Patient assistance programmes provide help for patients to get access to their prescriptions in several ways. For example, Sanofi-Aventis assists patients seeking reimbursement from their healthcare insurance company, through verification services, claims management and appeals assistance, coding and billing assistance, and prior authorisation support. Additionally, there are programmes with counsellors who work with the patients to determine alternative ways to reduce a patient’s cost, such as co-pay assistance, prescription saving programmes and patient advocacy groups.4

“Despite significant investment in programmes, the complexity of accessing them precludes many patients from realising their benefits”

The scope of these contributions is quite significant. For example, the Boehringer Ingelheim Cares Foundation PAP helped more than 69,000 patients in 2011.5 Partnership for Prescription Assistance, sponsored by America’s biopharmaceutical research companies, estimates that its programmes helped eight million Americans since it was launched in April 2005. It is estimated that around $5 billion is spent for patient assistance programmes. When the samples given to doctors’ offices are taken into account (between 65 per cent and 75 per cent of the samples are given to uninsured patients), the entire support is estimated at $15 billion.6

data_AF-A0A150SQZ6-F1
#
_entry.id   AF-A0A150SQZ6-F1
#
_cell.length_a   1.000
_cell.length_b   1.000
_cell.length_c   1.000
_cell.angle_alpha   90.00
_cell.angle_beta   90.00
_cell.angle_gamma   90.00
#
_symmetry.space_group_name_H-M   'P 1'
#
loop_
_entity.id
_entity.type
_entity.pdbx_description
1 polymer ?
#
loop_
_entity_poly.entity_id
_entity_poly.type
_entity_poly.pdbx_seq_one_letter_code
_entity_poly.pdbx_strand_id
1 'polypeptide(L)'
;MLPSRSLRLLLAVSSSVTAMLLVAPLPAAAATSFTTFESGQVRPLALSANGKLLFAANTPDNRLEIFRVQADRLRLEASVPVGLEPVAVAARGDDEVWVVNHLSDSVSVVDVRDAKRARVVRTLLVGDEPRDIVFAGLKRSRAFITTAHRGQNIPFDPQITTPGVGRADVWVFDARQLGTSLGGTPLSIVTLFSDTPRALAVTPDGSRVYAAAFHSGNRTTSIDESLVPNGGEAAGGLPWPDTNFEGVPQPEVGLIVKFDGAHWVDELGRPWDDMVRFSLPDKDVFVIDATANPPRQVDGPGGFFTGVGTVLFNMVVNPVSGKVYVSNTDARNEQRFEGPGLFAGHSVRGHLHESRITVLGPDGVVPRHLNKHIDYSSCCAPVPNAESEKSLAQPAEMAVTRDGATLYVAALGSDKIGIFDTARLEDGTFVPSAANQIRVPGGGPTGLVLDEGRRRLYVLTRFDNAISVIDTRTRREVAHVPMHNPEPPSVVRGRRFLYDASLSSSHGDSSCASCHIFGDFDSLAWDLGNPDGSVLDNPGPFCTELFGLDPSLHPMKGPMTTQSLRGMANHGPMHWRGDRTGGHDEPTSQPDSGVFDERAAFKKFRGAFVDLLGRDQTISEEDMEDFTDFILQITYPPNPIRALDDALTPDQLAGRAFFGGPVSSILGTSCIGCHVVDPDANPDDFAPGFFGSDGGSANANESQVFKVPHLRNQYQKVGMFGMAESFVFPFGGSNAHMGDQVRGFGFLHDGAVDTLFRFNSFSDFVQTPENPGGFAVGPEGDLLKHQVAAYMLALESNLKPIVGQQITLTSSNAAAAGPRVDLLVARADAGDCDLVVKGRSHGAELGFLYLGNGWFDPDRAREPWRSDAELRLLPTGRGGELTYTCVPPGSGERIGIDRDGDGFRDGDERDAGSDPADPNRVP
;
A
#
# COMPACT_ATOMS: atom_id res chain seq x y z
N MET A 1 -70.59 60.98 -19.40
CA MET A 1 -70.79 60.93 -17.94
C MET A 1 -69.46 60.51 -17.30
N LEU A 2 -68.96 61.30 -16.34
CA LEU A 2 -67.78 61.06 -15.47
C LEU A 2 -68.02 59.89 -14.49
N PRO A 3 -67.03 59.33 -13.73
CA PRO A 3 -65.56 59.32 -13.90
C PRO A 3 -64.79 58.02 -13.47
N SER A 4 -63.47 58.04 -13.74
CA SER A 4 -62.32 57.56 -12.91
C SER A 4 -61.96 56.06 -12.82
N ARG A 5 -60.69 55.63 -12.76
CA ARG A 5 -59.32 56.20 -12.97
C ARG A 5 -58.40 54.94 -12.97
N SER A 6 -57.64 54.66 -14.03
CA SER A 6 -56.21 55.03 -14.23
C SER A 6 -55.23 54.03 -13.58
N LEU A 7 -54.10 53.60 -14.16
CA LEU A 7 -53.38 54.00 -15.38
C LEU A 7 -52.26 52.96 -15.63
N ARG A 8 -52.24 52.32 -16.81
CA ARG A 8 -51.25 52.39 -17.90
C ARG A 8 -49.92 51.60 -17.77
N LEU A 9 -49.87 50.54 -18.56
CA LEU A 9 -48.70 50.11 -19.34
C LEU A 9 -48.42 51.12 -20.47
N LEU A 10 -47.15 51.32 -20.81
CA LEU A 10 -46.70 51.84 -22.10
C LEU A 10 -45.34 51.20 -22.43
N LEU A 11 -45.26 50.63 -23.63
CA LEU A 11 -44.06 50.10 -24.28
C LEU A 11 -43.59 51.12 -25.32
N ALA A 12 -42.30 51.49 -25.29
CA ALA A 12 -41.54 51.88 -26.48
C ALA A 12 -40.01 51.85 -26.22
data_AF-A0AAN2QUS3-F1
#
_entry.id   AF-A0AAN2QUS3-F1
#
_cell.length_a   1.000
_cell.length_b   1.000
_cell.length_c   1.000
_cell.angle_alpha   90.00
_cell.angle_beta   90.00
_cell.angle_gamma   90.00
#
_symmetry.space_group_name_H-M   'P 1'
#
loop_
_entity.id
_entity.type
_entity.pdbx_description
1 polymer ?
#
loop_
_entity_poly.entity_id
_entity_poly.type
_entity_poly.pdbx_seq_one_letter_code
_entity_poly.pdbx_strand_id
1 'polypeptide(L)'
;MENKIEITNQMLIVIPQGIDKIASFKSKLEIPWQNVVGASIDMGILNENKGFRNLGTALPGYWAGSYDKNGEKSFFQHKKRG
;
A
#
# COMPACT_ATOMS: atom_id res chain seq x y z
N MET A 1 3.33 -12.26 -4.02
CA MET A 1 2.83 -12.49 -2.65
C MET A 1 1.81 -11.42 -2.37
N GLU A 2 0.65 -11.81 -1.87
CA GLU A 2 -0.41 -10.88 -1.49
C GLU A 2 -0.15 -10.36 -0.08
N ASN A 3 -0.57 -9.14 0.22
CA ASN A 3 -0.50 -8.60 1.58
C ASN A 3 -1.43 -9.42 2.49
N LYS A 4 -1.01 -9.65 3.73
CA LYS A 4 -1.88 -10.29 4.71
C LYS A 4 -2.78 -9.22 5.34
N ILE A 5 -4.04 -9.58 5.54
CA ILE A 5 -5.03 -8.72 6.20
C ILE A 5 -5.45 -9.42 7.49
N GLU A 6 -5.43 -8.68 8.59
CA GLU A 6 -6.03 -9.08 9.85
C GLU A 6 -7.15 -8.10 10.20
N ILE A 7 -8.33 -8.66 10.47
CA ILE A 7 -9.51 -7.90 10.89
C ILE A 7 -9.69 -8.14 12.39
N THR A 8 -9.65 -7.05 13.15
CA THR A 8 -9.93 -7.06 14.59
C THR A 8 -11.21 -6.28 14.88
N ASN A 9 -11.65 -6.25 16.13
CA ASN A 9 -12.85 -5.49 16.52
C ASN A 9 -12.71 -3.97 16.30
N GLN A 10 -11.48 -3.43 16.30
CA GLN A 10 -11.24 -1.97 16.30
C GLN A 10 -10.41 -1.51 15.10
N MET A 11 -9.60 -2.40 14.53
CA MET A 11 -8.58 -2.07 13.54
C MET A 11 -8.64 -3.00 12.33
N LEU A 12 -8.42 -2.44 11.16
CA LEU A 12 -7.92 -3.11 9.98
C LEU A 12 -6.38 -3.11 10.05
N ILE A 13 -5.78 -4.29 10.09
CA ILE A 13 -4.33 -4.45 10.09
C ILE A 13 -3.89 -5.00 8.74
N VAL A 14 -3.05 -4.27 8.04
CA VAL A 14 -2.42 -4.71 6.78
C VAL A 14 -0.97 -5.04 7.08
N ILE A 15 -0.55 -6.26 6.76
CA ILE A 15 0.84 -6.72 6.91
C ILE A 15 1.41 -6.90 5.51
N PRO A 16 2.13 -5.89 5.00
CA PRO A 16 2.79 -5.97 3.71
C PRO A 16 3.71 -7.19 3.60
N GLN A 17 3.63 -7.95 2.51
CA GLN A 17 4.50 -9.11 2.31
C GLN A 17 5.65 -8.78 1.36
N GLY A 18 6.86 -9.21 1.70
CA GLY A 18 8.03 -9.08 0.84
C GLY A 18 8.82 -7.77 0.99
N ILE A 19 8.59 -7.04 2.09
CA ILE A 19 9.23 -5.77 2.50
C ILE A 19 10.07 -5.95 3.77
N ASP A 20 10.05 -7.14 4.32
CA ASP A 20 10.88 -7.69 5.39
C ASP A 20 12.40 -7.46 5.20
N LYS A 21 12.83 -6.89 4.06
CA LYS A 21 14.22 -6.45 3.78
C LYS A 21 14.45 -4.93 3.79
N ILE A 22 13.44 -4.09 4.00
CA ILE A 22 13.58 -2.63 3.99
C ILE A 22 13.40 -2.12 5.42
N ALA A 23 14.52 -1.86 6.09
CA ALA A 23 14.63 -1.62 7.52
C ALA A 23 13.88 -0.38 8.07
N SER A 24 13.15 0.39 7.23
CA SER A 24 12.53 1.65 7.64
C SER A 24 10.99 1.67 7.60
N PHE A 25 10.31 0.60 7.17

Complex access precludes many patients

Despite the significant investment in patient assistance programmes, the complexity of accessing them precludes many patients from realising their benefits. Chauncey and others described the complexity of the application process. Documents such as income tax returns must be mailed/faxed to the specific programme address and be signed by both patient and prescribing physician. When a patient is approved to receive medication, the patient’s prescription is sent to the physician’s office for the patient.